Pittsburgh-based startup WeSpeke is offering free English lessons to the world. And through a unique partnership with CNN, they’re doing it by using real-time news stories adapted by artificial intelligence into customized classes for each student.
At an app and web portal called en.news, WeSpeke uses proprietary Natural Language Processing software and machine learning to essentially deconstruct news stories and podcasts into their grammatical parts.
“We grab all those nouns and verbs and put them into a bucket,” explains Mike Elchik, WeSpeke’s president and co-founder. “Then we use the same technology to grab those words and automatically create a pedagogically structured, leveled and game-ified English lesson.”
WeSpeke’s theory is this: Everybody spends time keeping up on headlines, especially related to their favorite subjects. And many people around the world want to learn English or improve the English they already speak. Why not let them do it all at the same time.
A young man in São Paulo who loves soccer, Elchik says, can learn English from following sports. At the same time, a young woman in Tokyo who loves fashion and movies can learn new English vocabulary through CNN stories on who wore what at the Golden Globes.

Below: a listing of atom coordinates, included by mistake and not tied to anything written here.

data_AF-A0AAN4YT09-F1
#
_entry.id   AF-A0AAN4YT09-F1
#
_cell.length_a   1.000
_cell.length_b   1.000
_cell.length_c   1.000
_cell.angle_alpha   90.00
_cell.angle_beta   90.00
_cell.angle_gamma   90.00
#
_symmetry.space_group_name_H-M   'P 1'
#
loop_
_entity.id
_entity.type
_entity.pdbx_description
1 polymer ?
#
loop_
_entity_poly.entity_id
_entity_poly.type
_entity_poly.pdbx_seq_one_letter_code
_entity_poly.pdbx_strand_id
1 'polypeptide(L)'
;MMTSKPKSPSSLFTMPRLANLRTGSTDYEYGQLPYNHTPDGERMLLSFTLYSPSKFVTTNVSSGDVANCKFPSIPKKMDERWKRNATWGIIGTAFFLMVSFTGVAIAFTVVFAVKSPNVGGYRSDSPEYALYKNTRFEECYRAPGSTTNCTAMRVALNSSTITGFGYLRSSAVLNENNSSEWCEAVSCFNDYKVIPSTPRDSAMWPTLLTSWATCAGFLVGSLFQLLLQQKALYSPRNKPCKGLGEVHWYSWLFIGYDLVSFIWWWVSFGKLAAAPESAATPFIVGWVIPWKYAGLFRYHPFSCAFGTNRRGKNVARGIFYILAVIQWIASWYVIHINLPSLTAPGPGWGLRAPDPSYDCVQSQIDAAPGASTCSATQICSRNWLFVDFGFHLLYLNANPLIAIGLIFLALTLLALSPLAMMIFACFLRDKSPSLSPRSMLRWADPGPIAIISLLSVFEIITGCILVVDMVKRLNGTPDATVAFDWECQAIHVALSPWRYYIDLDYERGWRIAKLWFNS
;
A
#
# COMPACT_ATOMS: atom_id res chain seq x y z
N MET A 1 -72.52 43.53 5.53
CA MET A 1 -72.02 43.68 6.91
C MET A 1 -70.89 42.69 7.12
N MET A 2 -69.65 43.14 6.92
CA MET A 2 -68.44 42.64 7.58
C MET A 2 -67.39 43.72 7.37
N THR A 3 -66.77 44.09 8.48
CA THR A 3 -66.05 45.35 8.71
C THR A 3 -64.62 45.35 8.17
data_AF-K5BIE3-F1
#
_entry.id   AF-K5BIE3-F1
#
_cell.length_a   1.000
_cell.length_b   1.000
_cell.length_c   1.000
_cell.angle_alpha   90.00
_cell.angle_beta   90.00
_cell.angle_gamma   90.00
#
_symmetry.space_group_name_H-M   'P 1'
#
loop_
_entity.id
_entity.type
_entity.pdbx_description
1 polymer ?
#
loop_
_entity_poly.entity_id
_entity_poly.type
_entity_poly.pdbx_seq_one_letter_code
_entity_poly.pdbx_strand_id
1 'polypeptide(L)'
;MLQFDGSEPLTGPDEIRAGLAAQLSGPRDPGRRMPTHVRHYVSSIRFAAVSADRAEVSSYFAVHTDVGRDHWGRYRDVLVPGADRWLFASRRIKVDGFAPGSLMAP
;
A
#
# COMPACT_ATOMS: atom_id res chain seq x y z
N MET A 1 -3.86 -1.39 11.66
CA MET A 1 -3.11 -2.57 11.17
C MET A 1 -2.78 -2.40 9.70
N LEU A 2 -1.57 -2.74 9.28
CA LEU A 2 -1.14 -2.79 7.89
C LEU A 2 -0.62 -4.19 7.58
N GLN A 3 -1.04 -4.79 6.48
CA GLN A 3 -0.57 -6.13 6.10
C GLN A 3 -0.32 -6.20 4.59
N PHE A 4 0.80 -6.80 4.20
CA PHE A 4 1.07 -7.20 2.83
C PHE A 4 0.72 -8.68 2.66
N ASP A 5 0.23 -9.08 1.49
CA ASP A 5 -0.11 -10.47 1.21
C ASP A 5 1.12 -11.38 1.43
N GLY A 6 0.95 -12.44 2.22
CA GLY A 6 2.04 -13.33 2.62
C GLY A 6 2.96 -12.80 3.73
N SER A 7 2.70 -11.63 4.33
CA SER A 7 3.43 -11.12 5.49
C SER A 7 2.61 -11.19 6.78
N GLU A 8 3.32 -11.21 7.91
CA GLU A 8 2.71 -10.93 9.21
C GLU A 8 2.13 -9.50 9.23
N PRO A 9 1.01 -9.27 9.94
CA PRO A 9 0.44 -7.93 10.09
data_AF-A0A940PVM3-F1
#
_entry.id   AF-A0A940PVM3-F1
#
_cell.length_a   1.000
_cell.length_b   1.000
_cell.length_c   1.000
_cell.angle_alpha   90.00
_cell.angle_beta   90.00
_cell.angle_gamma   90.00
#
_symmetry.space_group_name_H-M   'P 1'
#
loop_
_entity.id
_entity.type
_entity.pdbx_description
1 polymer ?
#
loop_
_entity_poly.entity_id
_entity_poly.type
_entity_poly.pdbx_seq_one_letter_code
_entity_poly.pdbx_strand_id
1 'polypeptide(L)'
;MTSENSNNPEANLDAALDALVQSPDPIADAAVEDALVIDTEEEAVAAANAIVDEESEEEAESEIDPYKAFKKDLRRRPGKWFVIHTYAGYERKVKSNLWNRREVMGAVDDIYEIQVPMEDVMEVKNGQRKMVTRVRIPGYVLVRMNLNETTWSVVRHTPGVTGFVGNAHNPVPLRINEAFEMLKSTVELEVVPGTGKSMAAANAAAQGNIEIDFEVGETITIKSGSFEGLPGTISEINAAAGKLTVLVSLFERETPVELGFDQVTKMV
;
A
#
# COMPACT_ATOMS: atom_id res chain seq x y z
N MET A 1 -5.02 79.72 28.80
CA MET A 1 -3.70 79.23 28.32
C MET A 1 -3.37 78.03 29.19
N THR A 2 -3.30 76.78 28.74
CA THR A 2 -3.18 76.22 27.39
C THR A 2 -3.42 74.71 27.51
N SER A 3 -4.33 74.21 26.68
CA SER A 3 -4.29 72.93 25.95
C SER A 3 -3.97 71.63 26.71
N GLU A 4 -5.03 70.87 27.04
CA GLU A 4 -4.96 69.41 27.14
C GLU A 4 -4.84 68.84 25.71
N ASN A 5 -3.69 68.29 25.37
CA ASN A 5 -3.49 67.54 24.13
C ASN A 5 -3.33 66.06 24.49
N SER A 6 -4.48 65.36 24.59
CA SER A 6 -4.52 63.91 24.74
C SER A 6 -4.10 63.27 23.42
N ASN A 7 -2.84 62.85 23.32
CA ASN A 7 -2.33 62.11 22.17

“What all that does,” Elchik says, “is it brings a really cool user experience.”
The technology was born out of the work of WeSpeke co-founder Dr. Jaime Carbonell, director of Carnegie Mellon University’s Language Technologies Institute, who Elchik describes as “the Mick Jagger of A.I.”
And the methodology behind the classes connects this high-tech project with Pittsburgh’s long history as a center of English language teaching. Lessons found at en.news were designed with the help of Dr. Alan Juffs, director of the English Language Institute (ELI) at the University of Pittsburgh. The ELI, created in 1964, is one of the oldest and most respected intensive English language learning centers in the U.S.
Juffs serves on WeSpeke’s board of advisors and consults to ensure that lessons are effectively designed and pedagogically sound, says Elchik. This is key for students around the world, because in many countries affordable English lessons are taught primarily by native English speakers with little or no teaching knowledge or method to their approach.